Agency officials stressed that the review "does not mean the FDA believes these products are ineffective or unsafe."
Hand sanitizers have become nearly ubiquitous over the last 20 years, offered in workplaces, schools, restaurants and other public spaces to reduce the spread of germs. Since 2009, about 90 percent of sanitizers sold to the public have included either ethanol or ethyl alcohol, according to agency officials.
Under current regulations, manufacturers can make broad claims about their products' effectiveness in killing germs. Bottles of Purell hand sanitizer, for example, say: "Kills 99.99 percent of illness-causing germs."
FDA regulators suggested they may tighten such claims after reviewing the information submitted by manufacturers.
"We're not trying to alarm people," said Dr. Janet Woodcock, director of the FDA's drug center. "Obviously ethanol and humans have co-existed for a long time so there's a lot that's known about it."
But the agency has concerns about the possible long-term consequences of frequent use by children and women of child-bearing age, particularly those who are pregnant or breast feeding. The agency's proposal would require manufacturers to study whether three anti-germ ingredients — ethanol, alcohol and a type of chloride — show up in blood or urine after repeated, daily use. That could mean that the chemicals may be affecting the reproductive system or the production of hormones.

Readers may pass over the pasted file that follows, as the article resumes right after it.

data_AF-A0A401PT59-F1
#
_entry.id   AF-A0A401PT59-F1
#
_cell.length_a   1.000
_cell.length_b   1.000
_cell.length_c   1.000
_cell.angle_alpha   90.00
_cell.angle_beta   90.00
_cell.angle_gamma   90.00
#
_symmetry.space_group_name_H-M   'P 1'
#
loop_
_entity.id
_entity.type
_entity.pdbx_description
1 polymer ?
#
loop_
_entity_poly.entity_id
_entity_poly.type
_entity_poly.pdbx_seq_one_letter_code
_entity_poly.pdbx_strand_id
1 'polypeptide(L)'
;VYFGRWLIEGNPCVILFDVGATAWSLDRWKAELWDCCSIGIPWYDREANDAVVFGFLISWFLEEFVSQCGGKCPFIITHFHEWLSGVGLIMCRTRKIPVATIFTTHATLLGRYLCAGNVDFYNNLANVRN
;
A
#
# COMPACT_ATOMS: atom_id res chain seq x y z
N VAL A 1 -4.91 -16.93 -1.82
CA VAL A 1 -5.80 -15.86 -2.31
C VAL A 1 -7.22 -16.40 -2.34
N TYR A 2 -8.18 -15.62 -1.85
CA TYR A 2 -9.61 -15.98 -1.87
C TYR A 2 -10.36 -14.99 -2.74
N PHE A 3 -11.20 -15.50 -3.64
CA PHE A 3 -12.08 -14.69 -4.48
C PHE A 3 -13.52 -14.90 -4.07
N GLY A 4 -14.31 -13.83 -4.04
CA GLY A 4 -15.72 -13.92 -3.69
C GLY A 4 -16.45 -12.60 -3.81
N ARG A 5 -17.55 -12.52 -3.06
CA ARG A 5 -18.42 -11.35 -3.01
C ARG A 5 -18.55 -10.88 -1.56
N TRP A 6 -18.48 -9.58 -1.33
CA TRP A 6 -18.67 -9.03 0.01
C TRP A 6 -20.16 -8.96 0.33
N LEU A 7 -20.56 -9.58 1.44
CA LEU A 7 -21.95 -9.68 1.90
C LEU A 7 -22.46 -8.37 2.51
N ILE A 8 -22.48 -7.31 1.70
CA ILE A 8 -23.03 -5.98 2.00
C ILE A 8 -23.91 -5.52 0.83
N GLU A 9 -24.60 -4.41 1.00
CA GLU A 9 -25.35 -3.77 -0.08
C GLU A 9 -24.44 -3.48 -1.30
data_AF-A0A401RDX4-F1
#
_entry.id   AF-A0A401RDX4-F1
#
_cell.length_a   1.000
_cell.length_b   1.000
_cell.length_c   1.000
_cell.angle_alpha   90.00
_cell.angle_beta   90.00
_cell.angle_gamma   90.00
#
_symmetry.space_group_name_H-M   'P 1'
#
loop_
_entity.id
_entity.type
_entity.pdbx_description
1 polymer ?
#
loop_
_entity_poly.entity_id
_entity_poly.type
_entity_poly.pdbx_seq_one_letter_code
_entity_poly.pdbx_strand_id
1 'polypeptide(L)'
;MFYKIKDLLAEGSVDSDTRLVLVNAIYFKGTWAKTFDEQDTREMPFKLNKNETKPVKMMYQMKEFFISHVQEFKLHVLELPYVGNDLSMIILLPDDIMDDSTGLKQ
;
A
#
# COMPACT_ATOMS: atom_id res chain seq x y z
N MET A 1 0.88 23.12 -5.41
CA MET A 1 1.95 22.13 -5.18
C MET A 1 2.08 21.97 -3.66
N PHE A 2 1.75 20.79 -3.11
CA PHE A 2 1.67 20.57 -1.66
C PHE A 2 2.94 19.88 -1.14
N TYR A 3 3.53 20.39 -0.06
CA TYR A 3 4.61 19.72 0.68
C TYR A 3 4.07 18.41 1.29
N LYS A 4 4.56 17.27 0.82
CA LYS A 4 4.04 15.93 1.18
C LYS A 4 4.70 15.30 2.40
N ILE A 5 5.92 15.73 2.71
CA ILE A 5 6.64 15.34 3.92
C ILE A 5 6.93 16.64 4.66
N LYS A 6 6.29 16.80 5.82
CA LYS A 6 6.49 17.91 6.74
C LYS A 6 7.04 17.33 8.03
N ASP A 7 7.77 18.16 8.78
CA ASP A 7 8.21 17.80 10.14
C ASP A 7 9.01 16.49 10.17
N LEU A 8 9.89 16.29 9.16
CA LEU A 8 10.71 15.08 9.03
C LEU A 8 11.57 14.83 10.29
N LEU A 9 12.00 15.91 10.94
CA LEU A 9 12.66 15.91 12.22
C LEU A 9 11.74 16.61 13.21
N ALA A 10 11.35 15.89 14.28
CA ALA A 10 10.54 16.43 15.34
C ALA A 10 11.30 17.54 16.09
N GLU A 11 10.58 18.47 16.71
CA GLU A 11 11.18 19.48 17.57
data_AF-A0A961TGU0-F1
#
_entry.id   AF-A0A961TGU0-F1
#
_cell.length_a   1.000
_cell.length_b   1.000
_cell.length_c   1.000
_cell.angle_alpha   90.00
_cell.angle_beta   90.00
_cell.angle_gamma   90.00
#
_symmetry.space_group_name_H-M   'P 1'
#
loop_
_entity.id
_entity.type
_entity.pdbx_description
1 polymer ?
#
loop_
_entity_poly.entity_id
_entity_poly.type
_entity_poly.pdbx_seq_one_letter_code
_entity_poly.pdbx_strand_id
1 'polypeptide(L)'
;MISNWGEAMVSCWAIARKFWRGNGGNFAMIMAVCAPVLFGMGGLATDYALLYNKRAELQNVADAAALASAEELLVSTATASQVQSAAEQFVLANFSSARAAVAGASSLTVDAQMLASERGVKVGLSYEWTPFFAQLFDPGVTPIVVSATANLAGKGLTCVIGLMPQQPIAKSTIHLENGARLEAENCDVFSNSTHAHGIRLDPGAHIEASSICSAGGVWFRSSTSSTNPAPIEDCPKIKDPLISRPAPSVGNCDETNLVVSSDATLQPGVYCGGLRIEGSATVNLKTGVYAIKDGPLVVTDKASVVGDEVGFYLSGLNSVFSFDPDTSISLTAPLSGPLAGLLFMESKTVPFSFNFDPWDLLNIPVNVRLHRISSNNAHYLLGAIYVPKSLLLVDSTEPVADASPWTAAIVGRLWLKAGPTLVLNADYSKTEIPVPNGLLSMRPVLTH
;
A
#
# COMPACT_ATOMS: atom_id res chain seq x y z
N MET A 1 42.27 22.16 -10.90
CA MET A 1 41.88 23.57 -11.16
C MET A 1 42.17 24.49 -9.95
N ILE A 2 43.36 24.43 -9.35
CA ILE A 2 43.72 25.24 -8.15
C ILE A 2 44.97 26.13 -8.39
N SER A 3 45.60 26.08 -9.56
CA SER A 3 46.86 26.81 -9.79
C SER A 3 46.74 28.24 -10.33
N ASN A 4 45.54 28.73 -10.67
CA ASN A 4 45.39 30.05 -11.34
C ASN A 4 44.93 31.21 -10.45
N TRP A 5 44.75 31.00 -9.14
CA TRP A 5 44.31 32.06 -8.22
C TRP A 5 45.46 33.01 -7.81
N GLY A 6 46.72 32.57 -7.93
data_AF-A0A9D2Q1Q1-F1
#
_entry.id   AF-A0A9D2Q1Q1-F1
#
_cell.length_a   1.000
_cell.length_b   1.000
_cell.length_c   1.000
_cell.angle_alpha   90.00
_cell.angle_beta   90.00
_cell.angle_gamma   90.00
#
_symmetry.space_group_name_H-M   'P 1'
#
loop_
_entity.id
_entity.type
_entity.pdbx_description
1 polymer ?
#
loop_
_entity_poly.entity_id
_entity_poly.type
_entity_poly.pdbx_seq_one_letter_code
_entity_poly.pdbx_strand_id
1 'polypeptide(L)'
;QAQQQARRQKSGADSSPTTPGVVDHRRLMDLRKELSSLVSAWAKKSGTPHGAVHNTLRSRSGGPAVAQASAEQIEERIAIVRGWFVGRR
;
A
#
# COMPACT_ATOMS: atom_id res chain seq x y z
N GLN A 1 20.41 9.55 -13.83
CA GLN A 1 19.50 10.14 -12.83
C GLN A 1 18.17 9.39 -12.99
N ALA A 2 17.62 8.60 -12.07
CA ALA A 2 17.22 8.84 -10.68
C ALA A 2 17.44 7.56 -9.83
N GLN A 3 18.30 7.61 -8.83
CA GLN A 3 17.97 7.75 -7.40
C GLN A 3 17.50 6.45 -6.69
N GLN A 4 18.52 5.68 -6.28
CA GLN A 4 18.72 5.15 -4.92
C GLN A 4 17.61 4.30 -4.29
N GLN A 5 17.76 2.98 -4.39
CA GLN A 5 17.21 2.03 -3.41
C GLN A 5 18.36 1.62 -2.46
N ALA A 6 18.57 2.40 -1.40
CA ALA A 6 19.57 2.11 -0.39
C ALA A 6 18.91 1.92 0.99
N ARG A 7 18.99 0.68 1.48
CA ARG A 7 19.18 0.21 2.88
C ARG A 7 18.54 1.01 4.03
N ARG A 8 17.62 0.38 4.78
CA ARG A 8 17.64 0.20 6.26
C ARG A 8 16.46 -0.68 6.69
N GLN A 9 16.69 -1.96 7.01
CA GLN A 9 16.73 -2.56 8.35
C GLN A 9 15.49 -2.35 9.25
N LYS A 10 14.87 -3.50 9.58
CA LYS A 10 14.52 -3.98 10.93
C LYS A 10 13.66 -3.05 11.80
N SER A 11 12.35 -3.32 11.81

Regulators are also concerned about possible links between use of antiseptic chemicals and the emergence of so-called superbug bacteria, which are resistant to antibiotics.
"We need to get this additional information so if there are situations where caution is warranted we can label that or inform the public," Woodcock said.
The American Cleaning Institute, a cleaning products trade organization, said it believes the FDA already "has a wealth of data on hand sanitizers in their possession to judge them as generally recognized as safe and effective." But the group said it would work to provide the information.
The FDA will take comments on its proposal for six months before finalizing it. Companies will have one year to submit the information requested by regulators.
The FDA review is part of a long-established bureaucratic process which was recently jumpstarted by a lawsuit against the agency.
FDA scientists were first charged with evaluating antiseptic soaps, scrubs and sprays in 1972 as part of a law designed to set guidelines for hundreds of drugs and chemicals that were already on the market but had never been formally reviewed.
The agency agreed to complete its review under a legal settlement in 2013 with the Natural Resources Defense Council, an environmental group that accused the government of delaying action on potentially dangerous chemicals.
Environmentalists are mainly concerned about an ingredient called triclosan, which was used in many antibacterial soaps. The FDA is collecting safety and effectiveness data on that chemical with the goal of issuing new rules on its use by early 2018.